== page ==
U.S. Rep. Mike Thompson (D-CA-05), chair of the bipartisan Invasive Species Caucus, hosted a caucus hearing in Washington, DC about the threat invasive species pose to local budgets, agriculture, infrastructure and the environment across California’s Fifth Congressional District and other communities across the country.
“Invasive species pose a costly challenge to our economy, infrastructure, agriculture and the environment,” said Thompson. “In the counties that make up our district, three lakes are rated at the highest risk for a quagga invasion.”
He added, “If such an invasion occurs, it could devastate our local budgets, wreck our water infrastructure and threaten native species. That’s why I brought together experts for a bipartisan hearing on the plans Congress and local leaders need to put in place to protect our communities from invasive species before they become a major problem.”
At the hearing, members of the caucus heard from experts about federal coordination of state-based efforts for invasive species control.
Thompson asked about quagga mussel control in the state of California and commented on the need for improved prevention activities such as watercraft inspection and decontamination.
Thompson also highlighted the need for rapid response to relatively new infestations, such as the tree-of-heaven in California’s Fifth Congressional District.
Co-Chairman Dan Benishek (R-MI-1) mentioned the need for an increased focus on state and local efforts for invasive species such as eurasian milfoil in the Great Lakes.
Rep. Grace Napolitano (D-CA-32), also in attendance, commented on the need for better federal agency coordination in the prevention of infrastructure-damaging invasive species at federal waterways.
All members present agreed to an ongoing commitment to work with federal agencies to continue to improve invasive species prevention and control across the country.
Experts joining Thompson at the hearing to testify were Susan Mangin, executive secretary, Aquatic Nuisance Species Task Force; Lori Williams, director, National Invasive Species Council; and Bill Hyatt, invasive species committee chair for the Association of Fish and Wildlife Agencies.
Invasive species threaten communities by devastating native habitats, damaging crops, clogging water pipes, infecting plants and animals with dangerous diseases, and outcompeting native species. This can lower crop yields, pose health hazards, damage natural environments, and take a severe toll on local, state and federal budgets.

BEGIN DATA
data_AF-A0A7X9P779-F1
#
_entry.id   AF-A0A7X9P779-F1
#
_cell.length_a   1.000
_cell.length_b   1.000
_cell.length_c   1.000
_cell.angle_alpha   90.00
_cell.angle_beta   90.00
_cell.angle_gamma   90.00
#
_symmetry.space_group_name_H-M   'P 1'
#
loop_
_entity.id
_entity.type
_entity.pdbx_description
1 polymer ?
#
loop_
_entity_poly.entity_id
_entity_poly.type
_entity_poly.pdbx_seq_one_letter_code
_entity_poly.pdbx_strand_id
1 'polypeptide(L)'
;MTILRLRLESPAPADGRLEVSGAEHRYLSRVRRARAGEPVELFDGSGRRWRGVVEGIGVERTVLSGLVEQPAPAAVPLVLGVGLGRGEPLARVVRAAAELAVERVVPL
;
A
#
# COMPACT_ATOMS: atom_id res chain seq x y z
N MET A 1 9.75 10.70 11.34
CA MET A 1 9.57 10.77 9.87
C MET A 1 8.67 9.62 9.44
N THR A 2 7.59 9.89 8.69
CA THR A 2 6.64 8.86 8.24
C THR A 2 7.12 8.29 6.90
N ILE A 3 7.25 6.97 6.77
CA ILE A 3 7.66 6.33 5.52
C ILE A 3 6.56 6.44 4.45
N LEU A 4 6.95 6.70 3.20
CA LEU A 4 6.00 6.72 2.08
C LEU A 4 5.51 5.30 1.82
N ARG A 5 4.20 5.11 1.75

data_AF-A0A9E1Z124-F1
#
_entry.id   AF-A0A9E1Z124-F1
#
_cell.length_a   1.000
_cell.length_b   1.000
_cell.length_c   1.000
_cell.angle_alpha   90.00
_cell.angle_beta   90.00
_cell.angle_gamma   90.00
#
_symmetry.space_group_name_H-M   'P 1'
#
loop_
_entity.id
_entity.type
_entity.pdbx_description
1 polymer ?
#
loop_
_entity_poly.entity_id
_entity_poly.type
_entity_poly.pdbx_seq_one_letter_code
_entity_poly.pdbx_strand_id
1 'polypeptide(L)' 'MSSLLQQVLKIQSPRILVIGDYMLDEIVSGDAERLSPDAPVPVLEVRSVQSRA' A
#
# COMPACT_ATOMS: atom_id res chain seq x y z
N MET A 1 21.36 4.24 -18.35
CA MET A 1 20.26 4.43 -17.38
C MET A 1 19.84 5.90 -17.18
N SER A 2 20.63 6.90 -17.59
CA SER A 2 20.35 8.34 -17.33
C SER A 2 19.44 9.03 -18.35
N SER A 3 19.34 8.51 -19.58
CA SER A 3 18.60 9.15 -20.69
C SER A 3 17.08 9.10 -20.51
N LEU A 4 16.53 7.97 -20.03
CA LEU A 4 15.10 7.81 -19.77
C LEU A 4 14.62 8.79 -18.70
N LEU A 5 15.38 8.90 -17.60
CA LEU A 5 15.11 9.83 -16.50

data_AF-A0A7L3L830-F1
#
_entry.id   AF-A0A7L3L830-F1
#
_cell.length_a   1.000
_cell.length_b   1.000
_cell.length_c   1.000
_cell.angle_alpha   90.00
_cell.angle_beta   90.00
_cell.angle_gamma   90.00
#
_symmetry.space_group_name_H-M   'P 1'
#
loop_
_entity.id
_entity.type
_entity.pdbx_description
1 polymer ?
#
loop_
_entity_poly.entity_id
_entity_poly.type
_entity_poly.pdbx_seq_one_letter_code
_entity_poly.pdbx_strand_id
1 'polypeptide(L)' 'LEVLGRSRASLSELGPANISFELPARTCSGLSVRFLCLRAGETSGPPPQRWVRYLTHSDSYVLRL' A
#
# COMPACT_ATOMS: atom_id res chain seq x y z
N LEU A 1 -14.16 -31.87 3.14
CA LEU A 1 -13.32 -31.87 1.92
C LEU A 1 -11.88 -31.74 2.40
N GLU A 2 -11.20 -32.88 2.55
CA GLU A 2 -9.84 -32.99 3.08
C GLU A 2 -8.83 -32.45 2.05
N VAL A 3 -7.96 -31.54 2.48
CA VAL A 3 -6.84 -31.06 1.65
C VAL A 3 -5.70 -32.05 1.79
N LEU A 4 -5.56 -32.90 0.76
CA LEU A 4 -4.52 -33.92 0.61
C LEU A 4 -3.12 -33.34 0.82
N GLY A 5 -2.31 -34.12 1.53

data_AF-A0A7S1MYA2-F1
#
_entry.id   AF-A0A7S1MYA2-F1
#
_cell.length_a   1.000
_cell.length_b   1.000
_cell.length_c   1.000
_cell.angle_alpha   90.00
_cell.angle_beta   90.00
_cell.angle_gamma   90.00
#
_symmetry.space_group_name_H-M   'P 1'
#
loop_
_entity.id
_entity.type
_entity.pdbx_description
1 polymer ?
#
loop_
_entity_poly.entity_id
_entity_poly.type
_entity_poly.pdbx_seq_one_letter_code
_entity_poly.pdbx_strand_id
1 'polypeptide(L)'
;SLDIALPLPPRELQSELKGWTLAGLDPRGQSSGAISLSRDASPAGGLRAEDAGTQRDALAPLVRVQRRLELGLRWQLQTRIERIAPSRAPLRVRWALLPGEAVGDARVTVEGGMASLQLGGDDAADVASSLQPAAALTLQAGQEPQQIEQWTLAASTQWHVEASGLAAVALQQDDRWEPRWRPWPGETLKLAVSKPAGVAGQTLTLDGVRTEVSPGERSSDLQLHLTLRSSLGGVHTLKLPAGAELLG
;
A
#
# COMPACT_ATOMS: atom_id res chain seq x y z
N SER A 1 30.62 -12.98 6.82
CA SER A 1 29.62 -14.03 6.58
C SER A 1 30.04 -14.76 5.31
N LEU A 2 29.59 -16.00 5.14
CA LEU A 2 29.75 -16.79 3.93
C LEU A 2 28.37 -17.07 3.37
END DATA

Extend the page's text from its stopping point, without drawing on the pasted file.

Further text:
Nationwide, damages associated with invasive species cost an estimated tens of billions of dollars per year.
In the Fifth Congressional District, Clear Lake, Lake Sonoma and Lake Berryessa are all rated at the highest possible risk level for quagga invasion. Currently none of these lakes has been invaded by quagga mussels.
However, if quaggas invade one of these lakes, control and treatment would cost hundreds of thousands of dollars per year and negatively impact the water supply for residents in Sonoma, Lake and Solano counties.
Aquatic mussels such as quagga and zebra mussels have cost U.S. communities more than $5 billion since their introduction in the 1980s.
The Congressional Invasive Species Caucus, co-chaired by Reps. Mike Thompson and Dan Benichek is an informal, bipartisan group dedicated to raising awareness about invasive species issues, supporting local communities who are bearing the brunt of this problem, and promoting efforts to prevent and control the spread of invasive species.
The caucus provides opportunities for representatives to meet with the most important policy makers, organizations, and industry leaders that are impacted by invasive species.
Thompson represents California’s Fifth Congressional District, which includes all or part of Contra Costa, Lake, Napa, Solano and Sonoma counties.